Last month, Google introduced a new way for web searchers to find the information they want - even when that content was locked inside a mobile application. The search engine would return results for in-app content, and offer you the ability to "stream" the app from the web to your phone, if you didn't already have it installed on your device.
Today, Google is expanding the capabilities of app streaming by allowing developers to take advantage of the technology for app install ads running on the AdMob network, which today reaches 650,000 applications. That means app publishers will be able to produce ads that are actually mini-versions of their mobile games themselves, up to 60 seconds in length.
The addition is one of two new app install ad formats arriving today, says Google, the other one being a way to create touchable, "swipeable," more engaging and mobile-friendly advertisements called "Interactive Interstitials."
The goal behind both of these formats, explains Sissie Hsiao, Google's new head of product for mobile ads, is to help app developers find the right users.
"You can buy ads, you can get apps installed. But a lot of apps are used once or they're never used, even after they're installed," she says. "We found that 1 in 4 apps is never even used, and there's often this 'try once' experience, and then [the app is] never used again," Hsiao adds.
With the streaming app ads, the idea is to allow those who are merely interested in checking out a game or another type of app the ability to play the app - the real thing - right from within the ad itself.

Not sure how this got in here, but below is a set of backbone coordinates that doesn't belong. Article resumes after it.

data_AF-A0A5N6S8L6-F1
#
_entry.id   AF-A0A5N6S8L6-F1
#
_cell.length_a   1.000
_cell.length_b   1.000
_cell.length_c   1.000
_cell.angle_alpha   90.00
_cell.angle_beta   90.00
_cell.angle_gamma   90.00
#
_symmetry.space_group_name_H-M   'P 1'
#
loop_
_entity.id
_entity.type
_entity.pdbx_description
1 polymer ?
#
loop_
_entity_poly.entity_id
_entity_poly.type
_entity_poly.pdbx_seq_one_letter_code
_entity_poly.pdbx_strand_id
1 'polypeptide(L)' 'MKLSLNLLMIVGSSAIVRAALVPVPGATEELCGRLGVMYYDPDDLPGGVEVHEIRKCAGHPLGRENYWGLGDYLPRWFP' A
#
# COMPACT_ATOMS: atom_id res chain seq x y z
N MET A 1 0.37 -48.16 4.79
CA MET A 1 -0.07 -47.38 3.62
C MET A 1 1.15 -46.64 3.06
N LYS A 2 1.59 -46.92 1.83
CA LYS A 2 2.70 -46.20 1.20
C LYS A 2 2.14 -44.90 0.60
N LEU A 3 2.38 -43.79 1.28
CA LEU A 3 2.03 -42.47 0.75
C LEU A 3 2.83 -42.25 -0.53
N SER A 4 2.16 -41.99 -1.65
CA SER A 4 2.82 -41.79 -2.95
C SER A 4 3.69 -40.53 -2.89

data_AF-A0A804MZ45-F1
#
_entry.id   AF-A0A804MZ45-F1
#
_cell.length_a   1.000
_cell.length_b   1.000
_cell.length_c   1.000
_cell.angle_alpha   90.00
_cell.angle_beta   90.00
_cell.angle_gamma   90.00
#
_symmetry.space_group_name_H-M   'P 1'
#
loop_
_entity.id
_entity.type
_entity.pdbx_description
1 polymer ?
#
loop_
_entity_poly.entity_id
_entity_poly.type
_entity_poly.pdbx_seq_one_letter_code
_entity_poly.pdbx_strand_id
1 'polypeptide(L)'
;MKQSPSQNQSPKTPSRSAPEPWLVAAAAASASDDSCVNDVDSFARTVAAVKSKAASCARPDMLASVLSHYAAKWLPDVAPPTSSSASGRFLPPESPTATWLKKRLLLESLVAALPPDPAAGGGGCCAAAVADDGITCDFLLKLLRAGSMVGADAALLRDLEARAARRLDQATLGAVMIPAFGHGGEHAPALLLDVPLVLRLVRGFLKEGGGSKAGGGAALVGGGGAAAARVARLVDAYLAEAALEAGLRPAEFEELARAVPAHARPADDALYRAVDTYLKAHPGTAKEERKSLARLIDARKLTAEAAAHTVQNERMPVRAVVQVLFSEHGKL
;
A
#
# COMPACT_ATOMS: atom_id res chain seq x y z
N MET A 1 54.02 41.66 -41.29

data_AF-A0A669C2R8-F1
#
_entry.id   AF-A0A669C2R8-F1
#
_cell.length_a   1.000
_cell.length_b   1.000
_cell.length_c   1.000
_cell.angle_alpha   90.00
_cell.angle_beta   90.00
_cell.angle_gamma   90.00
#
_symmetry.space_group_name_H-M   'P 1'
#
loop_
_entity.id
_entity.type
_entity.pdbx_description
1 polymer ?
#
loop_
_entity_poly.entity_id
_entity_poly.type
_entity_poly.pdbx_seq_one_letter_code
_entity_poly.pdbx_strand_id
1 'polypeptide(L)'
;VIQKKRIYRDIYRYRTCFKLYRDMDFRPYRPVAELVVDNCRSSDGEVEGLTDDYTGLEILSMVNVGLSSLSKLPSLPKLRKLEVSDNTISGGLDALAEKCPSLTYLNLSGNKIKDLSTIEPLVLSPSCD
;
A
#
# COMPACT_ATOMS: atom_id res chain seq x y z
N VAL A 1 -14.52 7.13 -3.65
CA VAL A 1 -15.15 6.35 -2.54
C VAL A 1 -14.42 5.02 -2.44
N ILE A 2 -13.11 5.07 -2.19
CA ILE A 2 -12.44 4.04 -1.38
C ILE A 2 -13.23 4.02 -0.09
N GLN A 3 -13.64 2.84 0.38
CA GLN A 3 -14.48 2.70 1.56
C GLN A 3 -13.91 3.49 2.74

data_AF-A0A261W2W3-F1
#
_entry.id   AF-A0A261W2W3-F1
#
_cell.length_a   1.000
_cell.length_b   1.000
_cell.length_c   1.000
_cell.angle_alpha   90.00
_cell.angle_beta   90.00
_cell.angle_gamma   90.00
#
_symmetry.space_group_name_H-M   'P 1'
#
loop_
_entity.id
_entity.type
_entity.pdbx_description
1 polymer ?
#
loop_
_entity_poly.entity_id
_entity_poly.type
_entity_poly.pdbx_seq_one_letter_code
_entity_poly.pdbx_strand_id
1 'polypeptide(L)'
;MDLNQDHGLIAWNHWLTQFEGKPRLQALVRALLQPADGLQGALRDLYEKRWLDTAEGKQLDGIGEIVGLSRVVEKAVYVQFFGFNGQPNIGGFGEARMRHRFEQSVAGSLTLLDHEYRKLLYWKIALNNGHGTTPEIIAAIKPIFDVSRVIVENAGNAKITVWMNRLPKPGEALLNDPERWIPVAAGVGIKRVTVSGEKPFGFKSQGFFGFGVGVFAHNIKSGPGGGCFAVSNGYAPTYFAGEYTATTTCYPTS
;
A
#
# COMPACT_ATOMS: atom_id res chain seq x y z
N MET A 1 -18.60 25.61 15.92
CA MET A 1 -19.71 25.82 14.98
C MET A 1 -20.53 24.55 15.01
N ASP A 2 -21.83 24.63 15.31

These are not looping videos, or even web versions of the app. Instead, Google's app streaming technology, which came to the company by way of an acquisition of a startup called Agawi, involves the app running on virtual machines on Google's cloud platform. The cloud machine renders the app, executes the end users' touch interactions, then sends the pixels back down to the client.
In other words, users will be able to play with a live, working mobile app in the mobile ad.
Called "Trial Run" ads, the format is especially interesting to mobile game developers who want to increase their likelihood of finding people who will enjoy playing their game, and, hopefully, will spend money on in-app purchases for things like virtual goods.
The "Trial Run" ads can be up to 60 seconds in length, and developers can even create custom APK files (app packages) for use with these ads. That way, users interacting with the ad won't have to go through a sign-up flow first, or watch the introductory animation that's included with many games - they can simply start playing.
The ads will be priced using standard app install pricing - which is per click or per conversions, if using Google's automated system. In other words, developers may get free engagements with users who try the demo, but don't click through to install the app.
This format has been in early alpha testing until today's launch, but has already seen some success in terms of connecting developers with users who are more engaged, and who end up spending more in the apps, says Hsiao, but she declined to share specific metrics.
The ads are live now with a limited number of testers, including Cookie Jam (pictured above.)
Meanwhile, the new "Interactive Interstitials" ads, also debuting today, offer app developers of all sorts the ability to create custom HTML5 ads that can be interacted with using gestures like swipes, touches, and more.
For example, early tester Zalora, makers of a fashion shopping app, built an ad that allows users to swipe to discover an exclusive offer. Other app marketers could create ad formats like "scratch off's," or use the ads to create swipeable image carousels. They can even use live app content to create real-time ad formats, says Google.
Both new app install ad formats are available now for a limited number of testers. Interested app developers should contact their account manager if interested in joining the beta, the company says.